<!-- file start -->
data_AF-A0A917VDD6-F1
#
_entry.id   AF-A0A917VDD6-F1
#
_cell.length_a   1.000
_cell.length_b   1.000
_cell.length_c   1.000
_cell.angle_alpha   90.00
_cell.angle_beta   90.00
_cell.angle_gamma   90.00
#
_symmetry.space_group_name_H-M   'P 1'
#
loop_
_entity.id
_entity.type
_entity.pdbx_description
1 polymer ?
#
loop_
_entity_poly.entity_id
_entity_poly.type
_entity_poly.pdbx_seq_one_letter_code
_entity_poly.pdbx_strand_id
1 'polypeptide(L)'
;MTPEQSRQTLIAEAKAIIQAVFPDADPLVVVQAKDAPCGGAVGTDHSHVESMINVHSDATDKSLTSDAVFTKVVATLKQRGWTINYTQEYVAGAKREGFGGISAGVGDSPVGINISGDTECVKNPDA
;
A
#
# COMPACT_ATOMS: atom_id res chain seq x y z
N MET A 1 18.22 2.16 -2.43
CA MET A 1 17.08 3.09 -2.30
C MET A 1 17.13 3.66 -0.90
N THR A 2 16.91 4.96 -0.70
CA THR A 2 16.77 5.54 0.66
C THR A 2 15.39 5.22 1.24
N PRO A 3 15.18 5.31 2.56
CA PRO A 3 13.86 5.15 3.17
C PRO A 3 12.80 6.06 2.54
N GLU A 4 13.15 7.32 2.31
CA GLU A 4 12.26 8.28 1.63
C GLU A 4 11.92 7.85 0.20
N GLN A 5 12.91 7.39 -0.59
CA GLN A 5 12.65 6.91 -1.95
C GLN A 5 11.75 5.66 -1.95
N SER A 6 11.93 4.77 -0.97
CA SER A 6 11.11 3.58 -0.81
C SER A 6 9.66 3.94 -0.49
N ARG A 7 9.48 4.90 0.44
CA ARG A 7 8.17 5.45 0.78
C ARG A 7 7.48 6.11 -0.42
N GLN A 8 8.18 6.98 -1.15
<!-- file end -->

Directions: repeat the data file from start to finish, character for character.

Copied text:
data_AF-A0A917VDD6-F1
#
_entry.id   AF-A0A917VDD6-F1
#
_cell.length_a   1.000
_cell.length_b   1.000
_cell.length_c   1.000
_cell.angle_alpha   90.00
_cell.angle_beta   90.00
_cell.angle_gamma   90.00
#
_symmetry.space_group_name_H-M   'P 1'
#
loop_
_entity.id
_entity.type
_entity.pdbx_description
1 polymer ?
#
loop_
_entity_poly.entity_id
_entity_poly.type
_entity_poly.pdbx_seq_one_letter_code
_entity_poly.pdbx_strand_id
1 'polypeptide(L)'
;MTPEQSRQTLIAEAKAIIQAVFPDADPLVVVQAKDAPCGGAVGTDHSHVESMINVHSDATDKSLTSDAVFTKVVATLKQRGWTINYTQEYVAGAKREGFGGISAGVGDSPVGINISGDTECVKNPDA
;
A
#
# COMPACT_ATOMS: atom_id res chain seq x y z
N MET A 1 18.22 2.16 -2.43
CA MET A 1 17.08 3.09 -2.30
C MET A 1 17.13 3.66 -0.90
N THR A 2 16.91 4.96 -0.70
CA THR A 2 16.77 5.54 0.66
C THR A 2 15.39 5.22 1.24
N PRO A 3 15.18 5.31 2.56
CA PRO A 3 13.86 5.15 3.17
C PRO A 3 12.80 6.06 2.54
N GLU A 4 13.15 7.32 2.31
CA GLU A 4 12.26 8.28 1.63
C GLU A 4 11.92 7.85 0.20
N GLN A 5 12.91 7.39 -0.59
CA GLN A 5 12.65 6.91 -1.95
C GLN A 5 11.75 5.66 -1.95
N SER A 6 11.93 4.77 -0.97
CA SER A 6 11.11 3.58 -0.81
C SER A 6 9.66 3.94 -0.49
N ARG A 7 9.48 4.90 0.44
CA ARG A 7 8.17 5.45 0.78
C ARG A 7 7.48 6.11 -0.42
N GLN A 8 8.18 6.98 -1.15